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Fear adds lustre to gold

Demand for gold | Fear adds lustre to gold Anthony Harrington

On Thursday August 12, after weeks of shall-we, shan’t we, investors finally decided, in large numbers, that equities had reached the point where they were just too scary and that gold was the place to be. Since its high point of $1265 in June, the gold index had struggled to get a reliable foothold above $1200. Those in favour of shorting the market could safely view any foray of the index above that magic figure as certain to wander back down, usually within hours, to 1190 or below. However, come the magic Thursday, the market suddenly hit a turning point. Money flooded into gold and stayed there, pushing the price onward and upwards.

By the following Monday the price was peaking above $1290 and people were starting to talk about the possibility of gold touching or even breaching its June high point of £1265. This was the day too, when US gold futures reached their highest point for one and a half months. Data showing Japan’s economy sliding backwards was cited as helping to shove investors towards the safe haven offered by the precious metal.

However, it is not just individuals and pension fund managers that are driving the price of gold onwards and upwards. Julian Phillips, a gold and silver forecaster at is one of several gold tipsters pointing to the huge impact that India and China are currently having on the gold price. Both these countries are not simply dashing for the safety of gold. Their central banks are buying to hold over the medium term and this hoarding at government and central bank level is soaking up gold stocks and helping to keep prices on the up. China is the world’s second-largest purchaser of gold and, after decades of restricting private ownership of gold, the Chinese government is now actively looking to enable the Chinese middle classes to get access to gold.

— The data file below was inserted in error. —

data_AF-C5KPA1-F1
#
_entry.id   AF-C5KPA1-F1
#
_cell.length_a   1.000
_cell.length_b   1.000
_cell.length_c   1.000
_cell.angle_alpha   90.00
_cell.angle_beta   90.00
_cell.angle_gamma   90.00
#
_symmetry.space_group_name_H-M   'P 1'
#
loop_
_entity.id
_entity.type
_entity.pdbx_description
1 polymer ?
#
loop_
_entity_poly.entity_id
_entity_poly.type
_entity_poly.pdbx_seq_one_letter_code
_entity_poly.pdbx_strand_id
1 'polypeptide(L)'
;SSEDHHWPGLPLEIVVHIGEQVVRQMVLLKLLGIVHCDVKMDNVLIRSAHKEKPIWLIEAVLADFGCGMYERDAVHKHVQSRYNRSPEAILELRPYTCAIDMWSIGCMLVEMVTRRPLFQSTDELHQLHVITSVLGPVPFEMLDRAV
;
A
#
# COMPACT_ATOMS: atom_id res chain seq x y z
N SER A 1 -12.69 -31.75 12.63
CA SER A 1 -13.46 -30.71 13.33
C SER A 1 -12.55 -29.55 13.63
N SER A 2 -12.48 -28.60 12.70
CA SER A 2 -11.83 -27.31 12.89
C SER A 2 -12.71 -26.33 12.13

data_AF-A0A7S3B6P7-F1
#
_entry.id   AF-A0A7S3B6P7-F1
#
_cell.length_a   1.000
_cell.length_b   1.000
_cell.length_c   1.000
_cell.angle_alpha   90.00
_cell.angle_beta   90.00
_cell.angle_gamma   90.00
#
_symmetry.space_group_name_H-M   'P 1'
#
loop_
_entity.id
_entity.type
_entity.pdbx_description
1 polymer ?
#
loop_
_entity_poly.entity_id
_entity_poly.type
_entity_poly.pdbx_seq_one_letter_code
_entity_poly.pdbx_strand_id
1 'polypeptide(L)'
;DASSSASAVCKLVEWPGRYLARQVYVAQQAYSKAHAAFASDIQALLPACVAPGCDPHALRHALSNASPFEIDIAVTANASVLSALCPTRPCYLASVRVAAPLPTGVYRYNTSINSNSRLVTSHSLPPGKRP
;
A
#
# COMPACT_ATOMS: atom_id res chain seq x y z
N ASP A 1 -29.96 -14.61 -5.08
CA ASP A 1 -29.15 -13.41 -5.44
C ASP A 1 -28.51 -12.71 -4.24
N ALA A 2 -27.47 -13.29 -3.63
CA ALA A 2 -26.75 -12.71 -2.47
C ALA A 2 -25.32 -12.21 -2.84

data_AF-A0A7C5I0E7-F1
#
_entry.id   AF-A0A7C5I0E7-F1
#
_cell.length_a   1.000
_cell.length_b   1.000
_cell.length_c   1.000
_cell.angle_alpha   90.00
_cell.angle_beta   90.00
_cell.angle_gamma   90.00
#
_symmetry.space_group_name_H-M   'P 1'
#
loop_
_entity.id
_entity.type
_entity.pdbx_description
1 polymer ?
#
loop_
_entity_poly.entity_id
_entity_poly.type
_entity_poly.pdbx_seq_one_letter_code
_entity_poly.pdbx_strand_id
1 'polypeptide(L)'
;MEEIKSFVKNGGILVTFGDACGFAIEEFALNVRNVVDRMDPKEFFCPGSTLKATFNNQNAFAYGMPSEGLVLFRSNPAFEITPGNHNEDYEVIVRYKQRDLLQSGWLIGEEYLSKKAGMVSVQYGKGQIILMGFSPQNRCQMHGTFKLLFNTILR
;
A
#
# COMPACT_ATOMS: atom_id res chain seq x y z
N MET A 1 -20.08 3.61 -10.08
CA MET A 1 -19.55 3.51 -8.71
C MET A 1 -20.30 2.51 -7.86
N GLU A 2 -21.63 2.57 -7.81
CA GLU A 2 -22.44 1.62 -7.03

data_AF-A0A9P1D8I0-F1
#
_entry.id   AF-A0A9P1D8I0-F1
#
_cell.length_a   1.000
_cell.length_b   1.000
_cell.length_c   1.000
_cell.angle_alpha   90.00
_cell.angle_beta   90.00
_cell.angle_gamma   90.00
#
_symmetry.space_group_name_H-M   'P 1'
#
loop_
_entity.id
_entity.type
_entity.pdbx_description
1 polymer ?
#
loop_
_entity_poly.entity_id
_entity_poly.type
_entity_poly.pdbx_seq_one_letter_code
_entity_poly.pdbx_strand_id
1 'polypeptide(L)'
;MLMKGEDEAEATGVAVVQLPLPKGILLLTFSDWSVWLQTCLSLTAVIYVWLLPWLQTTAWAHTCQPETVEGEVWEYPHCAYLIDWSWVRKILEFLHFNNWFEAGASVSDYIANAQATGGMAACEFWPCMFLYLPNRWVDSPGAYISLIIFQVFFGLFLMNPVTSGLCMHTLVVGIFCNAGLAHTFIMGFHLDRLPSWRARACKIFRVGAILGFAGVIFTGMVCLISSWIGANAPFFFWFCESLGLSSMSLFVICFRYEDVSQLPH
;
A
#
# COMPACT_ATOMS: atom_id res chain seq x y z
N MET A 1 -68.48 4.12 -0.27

The first Chinese gold-backed exchange-traded funds could be launching shortly. This source of demand, needless to say, is completely indifferent to Western jitters such as euro debt crises or the fragile state of the US jobs and housing markets. Phillips predicts that the developing—and officially approved—private appetite for gold in China is going to be a major gold price driver through 2010 and 2011.

On top of this, he points out, one of the traditions in agricultural India is that peasant farmers spend some of their surplus after the monsoon-enriched harvest by buying gold jewellery. They haven’t had that much surplus to dispose of recently and the tonnage bought by rural Indians has been falling but, once again, the middle classes, whose wealth is growing, have been turning to gold. The Indians buy around September. The result is that even if the equity markets in the developed world get over their current fright and the FTSE moves above 5400 and manages to stay there for a change, while the S&P works its way to 1120 and above, and stays there, there is a reasonable chance that gold prices will stay north of $1200 for a while.

What this means is that yet another “clear indicator” of global economic strength or weakness, with gold being deemed to be inversely correlated with market strength, has become murky. Companies looking for some clear signals of where their particular markets are going will find that there is no substitute for getting out there and knocking on doors, be that figuratively or literally…

Further reading on the demand for gold, precious metals, and commodities

Tags: central banks , China , commodities , exchange-traded funds , gold , India
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